From: Jonathan Mariano, Triple Pundit, More from this Affiliate
Published November 22, 2011 08:22 AM

School Pizza is a Vegetable

Last week, Congress passed a bill that allegedly labels pizza as a vegetable in school lunches. How did pizza spontaneously become a vegetable? Has it always been considered a vegetable? Was it Congress? Was it the USDA? Some report it is because of lobbyists. Although lobbyists do play an influential role, its more so the system of legislation and regulation that creates such strange laws. Can we trust a governmental system that says a pizza is a vegetable?


A Defining Moment or Not?

Technically speaking, no strict definition of pizza as a vegetable passed Congress. The word pizza does not even appear once in the entire congressional bill (H.R. 2112). It changes nothing about the status quo of naming.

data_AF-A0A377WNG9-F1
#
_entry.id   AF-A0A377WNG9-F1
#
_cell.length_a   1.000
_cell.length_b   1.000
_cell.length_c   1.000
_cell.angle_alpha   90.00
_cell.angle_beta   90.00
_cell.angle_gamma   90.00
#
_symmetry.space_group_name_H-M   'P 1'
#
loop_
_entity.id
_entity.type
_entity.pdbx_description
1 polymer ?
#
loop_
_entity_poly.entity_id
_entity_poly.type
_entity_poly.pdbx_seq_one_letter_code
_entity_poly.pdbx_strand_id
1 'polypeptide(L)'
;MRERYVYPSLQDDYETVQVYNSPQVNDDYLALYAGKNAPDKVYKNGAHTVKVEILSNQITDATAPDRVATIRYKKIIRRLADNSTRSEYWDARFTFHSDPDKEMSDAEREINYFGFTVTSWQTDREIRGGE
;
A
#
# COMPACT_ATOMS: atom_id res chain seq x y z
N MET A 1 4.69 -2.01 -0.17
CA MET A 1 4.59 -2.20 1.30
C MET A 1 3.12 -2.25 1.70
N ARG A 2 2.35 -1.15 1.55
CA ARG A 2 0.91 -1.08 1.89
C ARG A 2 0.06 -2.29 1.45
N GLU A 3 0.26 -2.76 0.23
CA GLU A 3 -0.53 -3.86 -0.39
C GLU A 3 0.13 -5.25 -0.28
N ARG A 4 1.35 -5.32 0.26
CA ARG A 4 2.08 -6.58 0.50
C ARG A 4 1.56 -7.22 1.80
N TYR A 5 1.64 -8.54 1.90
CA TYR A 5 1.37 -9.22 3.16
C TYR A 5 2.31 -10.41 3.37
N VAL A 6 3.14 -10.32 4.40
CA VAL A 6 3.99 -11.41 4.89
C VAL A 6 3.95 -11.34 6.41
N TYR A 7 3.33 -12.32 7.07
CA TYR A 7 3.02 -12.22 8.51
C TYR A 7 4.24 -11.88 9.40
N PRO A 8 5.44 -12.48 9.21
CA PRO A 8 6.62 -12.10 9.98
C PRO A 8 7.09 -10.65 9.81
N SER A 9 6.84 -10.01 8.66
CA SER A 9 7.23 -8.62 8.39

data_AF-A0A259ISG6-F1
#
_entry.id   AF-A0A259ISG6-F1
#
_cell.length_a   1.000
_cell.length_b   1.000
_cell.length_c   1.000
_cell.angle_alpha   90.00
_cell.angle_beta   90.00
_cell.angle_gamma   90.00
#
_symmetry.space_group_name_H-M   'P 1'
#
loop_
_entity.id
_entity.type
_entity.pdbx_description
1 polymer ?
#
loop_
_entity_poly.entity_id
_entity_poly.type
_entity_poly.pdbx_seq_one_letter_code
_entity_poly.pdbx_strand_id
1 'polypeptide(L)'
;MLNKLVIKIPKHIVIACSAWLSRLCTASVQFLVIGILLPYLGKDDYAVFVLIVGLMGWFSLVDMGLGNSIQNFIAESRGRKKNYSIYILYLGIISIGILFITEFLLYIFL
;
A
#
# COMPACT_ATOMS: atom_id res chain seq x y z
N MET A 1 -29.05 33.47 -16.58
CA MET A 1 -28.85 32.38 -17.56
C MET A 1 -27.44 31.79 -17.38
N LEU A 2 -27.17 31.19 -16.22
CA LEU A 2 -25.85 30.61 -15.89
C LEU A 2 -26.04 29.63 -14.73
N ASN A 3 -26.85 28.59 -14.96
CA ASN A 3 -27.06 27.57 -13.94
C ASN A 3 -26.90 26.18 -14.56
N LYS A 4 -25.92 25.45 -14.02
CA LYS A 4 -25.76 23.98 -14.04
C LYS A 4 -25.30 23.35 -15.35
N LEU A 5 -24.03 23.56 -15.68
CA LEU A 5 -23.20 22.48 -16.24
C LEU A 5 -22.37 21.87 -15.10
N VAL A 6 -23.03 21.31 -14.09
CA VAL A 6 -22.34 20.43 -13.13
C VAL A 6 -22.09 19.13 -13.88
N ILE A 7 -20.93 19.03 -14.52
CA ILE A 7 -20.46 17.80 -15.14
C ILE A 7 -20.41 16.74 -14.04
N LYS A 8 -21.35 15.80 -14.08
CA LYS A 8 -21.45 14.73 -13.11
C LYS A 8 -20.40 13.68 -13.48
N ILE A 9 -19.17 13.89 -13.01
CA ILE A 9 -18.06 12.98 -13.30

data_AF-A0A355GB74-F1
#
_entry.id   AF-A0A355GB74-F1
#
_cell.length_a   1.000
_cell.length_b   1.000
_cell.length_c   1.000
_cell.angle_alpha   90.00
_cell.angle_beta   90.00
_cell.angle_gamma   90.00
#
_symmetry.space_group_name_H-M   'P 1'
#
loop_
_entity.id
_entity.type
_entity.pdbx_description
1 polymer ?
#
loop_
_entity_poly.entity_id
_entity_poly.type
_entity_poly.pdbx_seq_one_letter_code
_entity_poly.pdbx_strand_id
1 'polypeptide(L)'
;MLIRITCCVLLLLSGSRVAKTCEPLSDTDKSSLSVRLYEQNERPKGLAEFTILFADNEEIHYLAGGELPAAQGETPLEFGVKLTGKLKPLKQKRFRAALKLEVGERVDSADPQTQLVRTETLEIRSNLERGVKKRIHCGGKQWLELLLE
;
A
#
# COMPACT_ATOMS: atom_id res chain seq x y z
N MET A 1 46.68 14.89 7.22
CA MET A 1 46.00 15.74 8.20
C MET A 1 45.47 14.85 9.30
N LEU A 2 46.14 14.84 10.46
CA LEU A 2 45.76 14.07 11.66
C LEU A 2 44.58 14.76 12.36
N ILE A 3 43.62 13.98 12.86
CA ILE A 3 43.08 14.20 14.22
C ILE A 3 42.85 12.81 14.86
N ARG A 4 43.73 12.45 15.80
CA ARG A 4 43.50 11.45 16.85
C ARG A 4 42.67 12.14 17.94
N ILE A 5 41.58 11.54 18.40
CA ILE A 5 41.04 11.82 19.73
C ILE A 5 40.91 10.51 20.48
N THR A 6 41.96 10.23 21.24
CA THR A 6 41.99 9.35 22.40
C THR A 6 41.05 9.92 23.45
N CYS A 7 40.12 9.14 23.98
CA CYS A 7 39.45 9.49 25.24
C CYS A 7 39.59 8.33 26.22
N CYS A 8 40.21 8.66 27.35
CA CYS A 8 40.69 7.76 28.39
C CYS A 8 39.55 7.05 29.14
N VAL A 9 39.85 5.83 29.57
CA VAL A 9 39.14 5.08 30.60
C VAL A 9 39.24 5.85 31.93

Strangely enough, because of the tomato sauce on pizza, pizza has been considered a vegetable for some time (despite recent notoriety.) The secret to understanding this labeling debacle is in the sauce, specifically the tomato sauce (puree and paste). In January of this year, the USDA proposed regulations which required stricter measuring of tomato sauce. For some odd reason, tomato sauce is credited with a fancy formula that calculates volume, rather than actual volume like other fruit pastes and purees. Actual volume provides more of the good stuff (granted, I would argue that pastes and purees aren’t necessarily healthy.)

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